Robert Spencer, 2nd Earl of Sunderland, was an English nobleman and politician of the Spencer family. An able and gifted statesman, his caustic temper and belief in absolute monarchy nevertheless made him numerous enemies. He was forced to flee England in 1688, but later established himself with the new regime after the Revolution of that year. Subsequently, he took on a more disinterested role as an adviser to the Crown, seeking neither office nor favour. He evinced no party loyalty, but was devoted to his country's interests, as he saw them. By the notoriously lax standards of the Restoration Court, his private life was remarkably free from scandal, which won him favour in the more sober post-Revolution state.
25 years later, Robert Walpole and Sutherland's son Charles Spencer, 3rd Earl of Sunderland, argue about relative power of the King and the House of Lords. Walpole resists Sunderland's plans to restrict the number of peerages in the Upper House.
Robert Walpole, 1st Earl of Orford,, known before 1742 as Sir Robert Walpole, was a British statesman who is generally regarded as the de facto first Prime Minister of Great Britain.
Charles Spencer, 3rd Earl of Sunderland, KG, PC, known as Lord Spencer from 1688 to 1702, was an English statesman and nobleman from the Spencer family. He served as Lord Lieutenant of Ireland (1714–1717), Lord Privy Seal (1715–1716), Lord President of the Council (1717–1719) and First Lord of the Treasury (1718–1721). He is the 5th paternal great grandfather of Winston Churchill and the 6th paternal great grandfather of Diana, Princess of Wales.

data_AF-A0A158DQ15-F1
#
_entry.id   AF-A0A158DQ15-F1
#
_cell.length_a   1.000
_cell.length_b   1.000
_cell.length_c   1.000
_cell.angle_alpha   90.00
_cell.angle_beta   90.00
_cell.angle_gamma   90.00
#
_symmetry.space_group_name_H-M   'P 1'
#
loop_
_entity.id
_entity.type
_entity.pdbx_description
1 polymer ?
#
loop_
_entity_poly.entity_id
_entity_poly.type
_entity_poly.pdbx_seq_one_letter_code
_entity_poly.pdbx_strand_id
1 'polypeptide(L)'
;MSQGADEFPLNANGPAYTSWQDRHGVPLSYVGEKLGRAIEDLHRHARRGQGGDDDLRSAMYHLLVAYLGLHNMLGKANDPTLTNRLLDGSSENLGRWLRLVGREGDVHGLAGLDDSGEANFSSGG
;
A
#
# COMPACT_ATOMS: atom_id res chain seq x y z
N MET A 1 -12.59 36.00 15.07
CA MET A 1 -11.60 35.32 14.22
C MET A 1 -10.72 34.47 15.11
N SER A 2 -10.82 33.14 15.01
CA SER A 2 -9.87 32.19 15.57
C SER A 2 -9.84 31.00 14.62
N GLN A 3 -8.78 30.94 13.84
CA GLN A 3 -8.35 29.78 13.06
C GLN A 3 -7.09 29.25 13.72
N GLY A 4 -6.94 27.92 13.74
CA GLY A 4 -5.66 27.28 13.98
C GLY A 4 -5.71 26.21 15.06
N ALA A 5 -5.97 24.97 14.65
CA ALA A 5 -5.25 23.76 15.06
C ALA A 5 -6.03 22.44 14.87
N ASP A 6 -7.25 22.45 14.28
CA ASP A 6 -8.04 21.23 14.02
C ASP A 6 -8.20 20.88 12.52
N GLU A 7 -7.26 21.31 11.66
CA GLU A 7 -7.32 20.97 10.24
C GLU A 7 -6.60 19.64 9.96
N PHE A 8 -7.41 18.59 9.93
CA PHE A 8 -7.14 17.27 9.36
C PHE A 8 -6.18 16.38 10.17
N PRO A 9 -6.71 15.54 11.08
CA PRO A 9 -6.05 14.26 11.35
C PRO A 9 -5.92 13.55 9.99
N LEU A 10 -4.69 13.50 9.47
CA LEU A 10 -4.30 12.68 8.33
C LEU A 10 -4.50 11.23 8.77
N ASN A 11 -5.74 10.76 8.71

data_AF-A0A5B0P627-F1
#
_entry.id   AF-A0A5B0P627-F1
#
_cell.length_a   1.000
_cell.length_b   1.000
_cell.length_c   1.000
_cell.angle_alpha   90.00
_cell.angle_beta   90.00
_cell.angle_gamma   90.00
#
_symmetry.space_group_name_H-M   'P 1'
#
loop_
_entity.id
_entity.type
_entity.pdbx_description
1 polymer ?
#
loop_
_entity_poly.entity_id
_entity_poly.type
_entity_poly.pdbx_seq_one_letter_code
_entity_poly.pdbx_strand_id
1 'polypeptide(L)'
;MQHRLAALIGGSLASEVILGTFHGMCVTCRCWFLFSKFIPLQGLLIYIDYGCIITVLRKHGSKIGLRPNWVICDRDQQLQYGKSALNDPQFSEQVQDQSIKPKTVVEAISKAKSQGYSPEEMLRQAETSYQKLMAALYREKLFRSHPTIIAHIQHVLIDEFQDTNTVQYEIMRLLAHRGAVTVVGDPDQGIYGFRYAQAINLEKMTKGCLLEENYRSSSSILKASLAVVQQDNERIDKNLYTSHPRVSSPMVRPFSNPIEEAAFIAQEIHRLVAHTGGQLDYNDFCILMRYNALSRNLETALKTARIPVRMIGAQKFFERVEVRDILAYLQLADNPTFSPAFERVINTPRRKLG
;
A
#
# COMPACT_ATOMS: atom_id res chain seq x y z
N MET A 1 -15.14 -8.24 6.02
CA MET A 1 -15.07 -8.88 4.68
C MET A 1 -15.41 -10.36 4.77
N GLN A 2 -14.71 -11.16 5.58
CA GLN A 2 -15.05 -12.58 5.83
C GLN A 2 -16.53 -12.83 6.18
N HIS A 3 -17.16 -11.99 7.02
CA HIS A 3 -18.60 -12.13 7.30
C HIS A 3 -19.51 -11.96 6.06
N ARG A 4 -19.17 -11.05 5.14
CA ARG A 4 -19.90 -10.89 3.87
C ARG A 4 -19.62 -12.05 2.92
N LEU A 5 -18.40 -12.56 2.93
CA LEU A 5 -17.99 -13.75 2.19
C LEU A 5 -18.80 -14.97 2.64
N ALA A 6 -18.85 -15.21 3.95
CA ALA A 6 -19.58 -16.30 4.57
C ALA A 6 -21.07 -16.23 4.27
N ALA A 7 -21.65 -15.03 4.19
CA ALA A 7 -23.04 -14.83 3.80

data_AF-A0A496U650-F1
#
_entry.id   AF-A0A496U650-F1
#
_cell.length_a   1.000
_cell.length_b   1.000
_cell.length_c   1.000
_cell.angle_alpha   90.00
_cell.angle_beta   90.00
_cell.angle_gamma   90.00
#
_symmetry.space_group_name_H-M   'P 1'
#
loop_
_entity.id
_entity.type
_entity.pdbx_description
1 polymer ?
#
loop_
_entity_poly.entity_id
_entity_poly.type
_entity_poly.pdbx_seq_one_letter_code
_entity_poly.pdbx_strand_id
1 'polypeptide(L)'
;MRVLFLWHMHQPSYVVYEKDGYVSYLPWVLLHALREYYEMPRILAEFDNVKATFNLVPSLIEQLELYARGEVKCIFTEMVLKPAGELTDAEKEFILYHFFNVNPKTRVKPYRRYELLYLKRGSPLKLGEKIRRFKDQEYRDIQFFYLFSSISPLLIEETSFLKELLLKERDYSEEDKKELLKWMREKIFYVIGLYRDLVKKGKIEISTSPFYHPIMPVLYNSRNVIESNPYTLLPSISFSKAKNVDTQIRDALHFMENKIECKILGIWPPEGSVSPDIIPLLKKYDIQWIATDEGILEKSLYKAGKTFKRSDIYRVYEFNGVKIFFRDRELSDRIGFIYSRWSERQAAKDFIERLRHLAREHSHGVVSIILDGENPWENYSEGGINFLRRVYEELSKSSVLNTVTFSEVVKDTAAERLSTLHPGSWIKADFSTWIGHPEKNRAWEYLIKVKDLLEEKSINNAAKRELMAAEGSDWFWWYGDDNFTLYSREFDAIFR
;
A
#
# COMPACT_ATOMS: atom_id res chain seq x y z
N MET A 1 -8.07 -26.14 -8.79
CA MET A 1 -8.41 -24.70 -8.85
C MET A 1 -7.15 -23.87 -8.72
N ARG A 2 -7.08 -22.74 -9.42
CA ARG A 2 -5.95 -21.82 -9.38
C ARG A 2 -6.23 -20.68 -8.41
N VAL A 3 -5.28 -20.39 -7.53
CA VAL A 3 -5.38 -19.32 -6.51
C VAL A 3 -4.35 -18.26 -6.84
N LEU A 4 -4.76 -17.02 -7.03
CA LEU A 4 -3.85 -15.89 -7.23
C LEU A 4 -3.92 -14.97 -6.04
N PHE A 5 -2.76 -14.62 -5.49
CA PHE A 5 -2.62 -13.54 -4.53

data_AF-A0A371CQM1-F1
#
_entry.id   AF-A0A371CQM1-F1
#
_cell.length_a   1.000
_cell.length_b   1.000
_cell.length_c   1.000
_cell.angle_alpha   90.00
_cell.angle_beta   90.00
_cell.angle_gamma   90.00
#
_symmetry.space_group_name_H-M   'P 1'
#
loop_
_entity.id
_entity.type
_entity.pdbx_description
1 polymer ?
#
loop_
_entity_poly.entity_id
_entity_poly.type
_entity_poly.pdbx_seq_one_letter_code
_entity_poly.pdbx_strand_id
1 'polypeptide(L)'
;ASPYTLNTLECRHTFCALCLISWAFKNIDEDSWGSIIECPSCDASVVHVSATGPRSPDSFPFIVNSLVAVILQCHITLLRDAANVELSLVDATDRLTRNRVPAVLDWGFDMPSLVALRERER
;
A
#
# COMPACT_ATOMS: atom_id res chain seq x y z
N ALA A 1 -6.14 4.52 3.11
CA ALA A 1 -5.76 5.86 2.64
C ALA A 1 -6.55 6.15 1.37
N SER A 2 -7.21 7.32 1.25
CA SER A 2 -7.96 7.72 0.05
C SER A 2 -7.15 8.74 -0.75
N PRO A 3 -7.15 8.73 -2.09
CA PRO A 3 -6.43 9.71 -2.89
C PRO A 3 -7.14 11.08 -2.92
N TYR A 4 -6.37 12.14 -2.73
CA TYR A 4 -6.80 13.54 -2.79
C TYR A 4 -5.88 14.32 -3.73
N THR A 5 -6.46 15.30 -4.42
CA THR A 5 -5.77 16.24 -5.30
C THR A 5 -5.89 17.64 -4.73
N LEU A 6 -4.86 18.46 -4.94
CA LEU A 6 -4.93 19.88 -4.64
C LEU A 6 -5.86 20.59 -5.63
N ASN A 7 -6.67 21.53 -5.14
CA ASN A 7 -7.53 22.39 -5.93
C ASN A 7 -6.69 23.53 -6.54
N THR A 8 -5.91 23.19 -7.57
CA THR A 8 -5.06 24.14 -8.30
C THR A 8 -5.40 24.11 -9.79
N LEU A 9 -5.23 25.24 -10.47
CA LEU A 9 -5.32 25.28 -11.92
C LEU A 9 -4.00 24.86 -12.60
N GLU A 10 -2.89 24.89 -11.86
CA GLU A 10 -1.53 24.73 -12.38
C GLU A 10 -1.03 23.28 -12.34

Shaw follows this playlet with the provocative comment:
This lands us in the unexpected conclusion that government by Parliaments modelled on the British Party System, far from being a guarantee of liberty and enlightened progress, must be ruthlessly discarded in the fullest agreement with Oliver Cromwell, Charles Dickens, John Ruskin, Thomas Carlyle, Adolf Hitler, Pilsudski, Benito Mussolini, Stalin and everyone else who has tried to govern efficiently and incorruptly by it, or who has studied its operation with a knowledge of its history and that of the Industrial Revolution.
Duke of Marlborough is a title in the Peerage of England. It was created by Queen Anne in 1702 for John Churchill, 1st Earl of Marlborough (1650–1722), the noted military leader. In historical texts, it is often to him that an unqualified use of the title refers. The name of the dukedom refers to Marlborough in Wiltshire. It is one of the few titles in the peerage which allows for suo jure female inheritance, and the only current dukedom to do so.
Horatio Walpole, 4th Earl of Orford, also known as Horace Walpole, was an English writer, art historian, man of letters, antiquarian and Whig politician.
The Prime Minister of the United Kingdom is the head of government of the United Kingdom. The Prime Minister directs both the executive and the legislature, and together with their Cabinet are collectively accountable for their policies and actions to the Monarch, to Parliament, to their political party and ultimately to the electorate. The office of Prime Minister is one of the Great Offices of State. The current holder of the office, Theresa May, leader of the Conservative Party, was appointed by the Queen on 13 July 2016.